Privacy is an essential precondition for psychotherapy. You have to feel secure in the knowledge that whatever you say will remain confidential. If you don’t, you won’t feel free to talk about the things that are bothering you the most.
It also helps if the setting is comfortable and quiet, and you have a sense that the therapist is paying attention and cares about you and what you are saying.
You are free to talk to anyone about your therapy. Your life belongs to you. But a therapist must be very careful to protect you.
* My session notes are kept confidential and locked away.
* My records are also kept locked away.
* I can’t tell anyone about you without your permission.
Other people don’t even get to know that you are coming to see me, unless you want me to tell them. If I want to speak to anyone about you, I will have to get your permission first.
There are exceptions to confidentiality. In order to make use of your insurance to pay for sessions, a therapist has to let the insurance company know that you are coming and justify the treatment. This can include reporting…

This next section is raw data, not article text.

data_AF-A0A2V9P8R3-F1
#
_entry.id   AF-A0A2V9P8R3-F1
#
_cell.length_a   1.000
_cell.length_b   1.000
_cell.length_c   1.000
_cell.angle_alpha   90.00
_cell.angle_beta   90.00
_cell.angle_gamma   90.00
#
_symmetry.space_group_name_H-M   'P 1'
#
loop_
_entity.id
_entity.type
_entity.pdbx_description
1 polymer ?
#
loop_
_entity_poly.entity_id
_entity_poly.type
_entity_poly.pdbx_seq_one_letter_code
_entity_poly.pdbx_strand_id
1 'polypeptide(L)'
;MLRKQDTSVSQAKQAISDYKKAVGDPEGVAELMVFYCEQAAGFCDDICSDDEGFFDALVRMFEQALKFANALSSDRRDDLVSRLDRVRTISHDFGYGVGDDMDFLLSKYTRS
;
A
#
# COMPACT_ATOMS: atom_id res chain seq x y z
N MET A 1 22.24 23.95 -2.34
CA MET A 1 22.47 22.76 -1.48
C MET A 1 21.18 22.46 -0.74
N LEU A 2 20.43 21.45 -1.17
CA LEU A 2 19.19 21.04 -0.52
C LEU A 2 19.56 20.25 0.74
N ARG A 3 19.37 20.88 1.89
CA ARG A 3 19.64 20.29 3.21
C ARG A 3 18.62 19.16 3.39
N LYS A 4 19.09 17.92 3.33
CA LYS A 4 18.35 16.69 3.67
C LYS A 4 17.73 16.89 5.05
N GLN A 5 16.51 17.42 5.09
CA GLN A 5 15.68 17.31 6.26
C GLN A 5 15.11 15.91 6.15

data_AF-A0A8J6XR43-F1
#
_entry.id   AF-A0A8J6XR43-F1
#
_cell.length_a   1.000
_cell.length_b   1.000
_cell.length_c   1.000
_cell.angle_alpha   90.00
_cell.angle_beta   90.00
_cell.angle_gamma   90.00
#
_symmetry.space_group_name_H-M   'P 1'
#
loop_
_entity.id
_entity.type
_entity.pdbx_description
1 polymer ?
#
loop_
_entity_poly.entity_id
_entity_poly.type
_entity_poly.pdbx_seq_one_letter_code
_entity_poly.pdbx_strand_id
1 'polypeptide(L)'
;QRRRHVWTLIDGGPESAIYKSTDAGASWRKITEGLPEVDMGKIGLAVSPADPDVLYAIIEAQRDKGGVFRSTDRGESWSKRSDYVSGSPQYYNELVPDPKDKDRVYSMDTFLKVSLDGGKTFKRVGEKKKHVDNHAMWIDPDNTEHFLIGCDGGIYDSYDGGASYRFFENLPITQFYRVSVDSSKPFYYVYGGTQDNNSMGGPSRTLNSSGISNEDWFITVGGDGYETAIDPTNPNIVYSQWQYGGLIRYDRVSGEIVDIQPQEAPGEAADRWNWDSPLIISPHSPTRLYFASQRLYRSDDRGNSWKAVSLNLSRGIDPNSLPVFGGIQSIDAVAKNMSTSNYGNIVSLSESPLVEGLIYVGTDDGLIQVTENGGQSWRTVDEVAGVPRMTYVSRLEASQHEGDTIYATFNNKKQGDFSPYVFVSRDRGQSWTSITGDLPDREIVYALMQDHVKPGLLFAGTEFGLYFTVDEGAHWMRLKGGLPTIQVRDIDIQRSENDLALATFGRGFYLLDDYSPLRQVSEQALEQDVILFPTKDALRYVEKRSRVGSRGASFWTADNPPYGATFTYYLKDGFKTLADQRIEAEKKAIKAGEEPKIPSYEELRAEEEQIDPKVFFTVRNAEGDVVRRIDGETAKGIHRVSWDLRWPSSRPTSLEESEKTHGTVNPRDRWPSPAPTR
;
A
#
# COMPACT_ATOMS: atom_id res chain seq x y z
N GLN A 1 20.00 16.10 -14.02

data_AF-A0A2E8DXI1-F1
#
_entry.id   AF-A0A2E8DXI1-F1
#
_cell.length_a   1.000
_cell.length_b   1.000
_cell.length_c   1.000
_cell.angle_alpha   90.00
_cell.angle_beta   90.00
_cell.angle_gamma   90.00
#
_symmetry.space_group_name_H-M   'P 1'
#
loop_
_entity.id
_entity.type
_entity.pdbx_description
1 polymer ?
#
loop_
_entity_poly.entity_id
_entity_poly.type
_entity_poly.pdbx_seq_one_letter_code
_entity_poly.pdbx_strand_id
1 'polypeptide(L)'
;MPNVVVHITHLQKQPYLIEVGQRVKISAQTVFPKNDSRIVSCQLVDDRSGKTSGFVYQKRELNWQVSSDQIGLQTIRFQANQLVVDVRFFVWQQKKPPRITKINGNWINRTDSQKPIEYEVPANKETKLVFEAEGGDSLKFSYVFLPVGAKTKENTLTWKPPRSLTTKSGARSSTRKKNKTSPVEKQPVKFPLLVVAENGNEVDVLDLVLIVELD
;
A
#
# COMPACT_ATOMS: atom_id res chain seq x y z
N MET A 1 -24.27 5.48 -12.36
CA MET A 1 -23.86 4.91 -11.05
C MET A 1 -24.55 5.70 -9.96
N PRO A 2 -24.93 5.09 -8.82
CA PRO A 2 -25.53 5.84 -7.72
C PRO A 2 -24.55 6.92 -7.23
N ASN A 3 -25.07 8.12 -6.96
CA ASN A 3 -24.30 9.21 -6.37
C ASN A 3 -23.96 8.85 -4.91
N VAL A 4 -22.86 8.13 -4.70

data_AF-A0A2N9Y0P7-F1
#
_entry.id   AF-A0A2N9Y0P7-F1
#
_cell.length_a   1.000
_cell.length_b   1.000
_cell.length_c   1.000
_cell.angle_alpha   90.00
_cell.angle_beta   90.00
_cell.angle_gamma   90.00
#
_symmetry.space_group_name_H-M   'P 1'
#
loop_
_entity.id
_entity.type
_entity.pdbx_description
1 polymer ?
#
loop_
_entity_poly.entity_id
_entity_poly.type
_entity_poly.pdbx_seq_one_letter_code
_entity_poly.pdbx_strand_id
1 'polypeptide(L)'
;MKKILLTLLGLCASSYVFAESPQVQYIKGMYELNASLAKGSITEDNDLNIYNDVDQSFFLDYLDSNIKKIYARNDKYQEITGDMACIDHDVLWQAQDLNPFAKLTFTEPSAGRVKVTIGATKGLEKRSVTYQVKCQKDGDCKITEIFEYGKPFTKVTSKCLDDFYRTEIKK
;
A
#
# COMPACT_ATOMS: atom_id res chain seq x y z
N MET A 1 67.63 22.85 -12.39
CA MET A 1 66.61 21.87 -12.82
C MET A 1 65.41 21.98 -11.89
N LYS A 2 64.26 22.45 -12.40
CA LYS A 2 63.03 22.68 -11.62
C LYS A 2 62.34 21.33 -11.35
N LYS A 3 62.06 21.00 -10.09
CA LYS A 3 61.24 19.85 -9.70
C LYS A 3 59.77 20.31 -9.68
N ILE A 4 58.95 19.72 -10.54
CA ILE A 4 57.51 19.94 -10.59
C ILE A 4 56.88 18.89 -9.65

* Dates of sessions
* A description of the kind of treatment offered and reasons for it.
* A justification of the need for psychotherapy, including a diagnosis and symptoms that support the diagnosis. Some insurance companies also want written treatment plans and reports of progress made. You will be included in this process.
In addition, a therapist is morally and legally mandated to…
* Report suspected cases of child abuse, elder abuse, and abuse of handicapped people.
* Do whatever it takes to try to prevent a patient from harming him/herself or others. This can include warning the intended victim, calling family or friends, or reporting the threat to the police.
* Provide information to a court in response to a legal order to do so
In recent years, the government has made a requirement of the very conditions that are so essential to the work. When you come for your first appointment, I will give you a copy of the HIPAA requirements.